Lymphocytes are small white blood cells that bear the major responsibility for carrying out the activities of the immune system; they number about one trillion. The two major classes of lymphocytes are: B cells, which grow to maturity independent of the thymus, and T cells, which are processed in the thymus. Both B cells and T cells recognize specific antigen targets.
B cells work chiefly by secreting soluble substances called antibodies into the body's fluids, or humors. (This is known as humoral immunity.) Antibodies typically interact with circulating antigens such as bacteria and toxic molecules, but are unable to penetrate living cells. T cells, in contrast, interact directly with their targets, attacking body cells that have been commandeered by viruses or warped malignancy. (This is cellular immunity.)
Although small lymphocytes look identical, even under the microscope, they can be told apart by means of distinctive molecules they carry on their cell surface. Not only do such markers distinguish between B cells and T cells, they distinguish among various subsets of cells that behave differently. Every mature T cell, for instance, carries a marker known as T3 (or CD3); in addition, most helper T cells carry a T4 (CD4) marker, a molecule that recognizes class II MHC antigens. A molecule known as T8 (CD8), which recognizes class I MHC antigens, is found on many suppressor/cytotoxic T cells. In addition, different T cells have different kinds of antigen receptors-either alpha/beta or gamma/delta.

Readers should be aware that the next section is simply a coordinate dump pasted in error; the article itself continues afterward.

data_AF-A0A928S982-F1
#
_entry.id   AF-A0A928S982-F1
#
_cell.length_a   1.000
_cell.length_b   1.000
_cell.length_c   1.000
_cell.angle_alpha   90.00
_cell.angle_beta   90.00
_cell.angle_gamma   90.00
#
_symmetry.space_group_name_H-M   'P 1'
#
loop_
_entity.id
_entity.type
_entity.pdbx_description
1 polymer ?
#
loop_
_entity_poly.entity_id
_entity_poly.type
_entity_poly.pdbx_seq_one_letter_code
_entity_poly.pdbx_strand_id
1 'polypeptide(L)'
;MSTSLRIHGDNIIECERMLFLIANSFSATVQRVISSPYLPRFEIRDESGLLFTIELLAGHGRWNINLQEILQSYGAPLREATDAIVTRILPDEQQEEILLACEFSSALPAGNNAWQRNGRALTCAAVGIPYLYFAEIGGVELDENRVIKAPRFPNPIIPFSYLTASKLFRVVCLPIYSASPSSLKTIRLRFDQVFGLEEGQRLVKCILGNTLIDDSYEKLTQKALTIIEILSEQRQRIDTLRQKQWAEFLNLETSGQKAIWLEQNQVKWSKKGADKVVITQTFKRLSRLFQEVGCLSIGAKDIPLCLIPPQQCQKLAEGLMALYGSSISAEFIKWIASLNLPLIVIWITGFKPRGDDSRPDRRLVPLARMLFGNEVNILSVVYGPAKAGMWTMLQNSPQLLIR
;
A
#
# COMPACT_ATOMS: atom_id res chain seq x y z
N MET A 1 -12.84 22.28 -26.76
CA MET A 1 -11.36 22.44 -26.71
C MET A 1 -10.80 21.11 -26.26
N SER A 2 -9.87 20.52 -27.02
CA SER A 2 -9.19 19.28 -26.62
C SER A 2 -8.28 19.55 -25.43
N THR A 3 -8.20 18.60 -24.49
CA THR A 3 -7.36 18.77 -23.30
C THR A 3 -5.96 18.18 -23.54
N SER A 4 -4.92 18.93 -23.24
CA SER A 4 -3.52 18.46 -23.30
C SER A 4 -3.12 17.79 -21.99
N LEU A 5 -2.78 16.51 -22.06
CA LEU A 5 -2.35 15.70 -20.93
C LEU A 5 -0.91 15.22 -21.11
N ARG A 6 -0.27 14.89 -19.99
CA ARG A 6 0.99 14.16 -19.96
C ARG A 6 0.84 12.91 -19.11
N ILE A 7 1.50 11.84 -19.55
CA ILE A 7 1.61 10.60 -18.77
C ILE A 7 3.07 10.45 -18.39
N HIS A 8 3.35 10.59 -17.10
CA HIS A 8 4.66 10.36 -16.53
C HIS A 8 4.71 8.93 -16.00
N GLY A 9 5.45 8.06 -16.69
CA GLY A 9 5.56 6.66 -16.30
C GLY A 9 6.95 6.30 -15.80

Allergic responses can be triggered by t-lymphocytes and also by immune globulins. We treat this reaction through skin testing and treatment and with a biological response modifier made from your own t lymphocytes.
This modifier together with treatment of allergies and rotary/elimination diet can do much to correct this response. The American Environmental Health Foundation at 1-800-428-2343 or 214-361-9515 in Dallas, TX has articles dealing with the Autogenous Lymphocytic Factor and its use in patient treatment. The article numbers are 35 and 73.
If you need further information, please contact Sue at 214-373-5146.
Chemical Environments by Dr. Rea AN EXTRACT FROM: CHEMICAL SENSITIVITY VOLUME 1 BY PROFESSOR WILLIAM J. REA. PUBLISHED 1992
A man who moderates a chemical ethics discussion group shares ...
is what happens with some chemical exposures: the glandular systems and immune system do not function properly.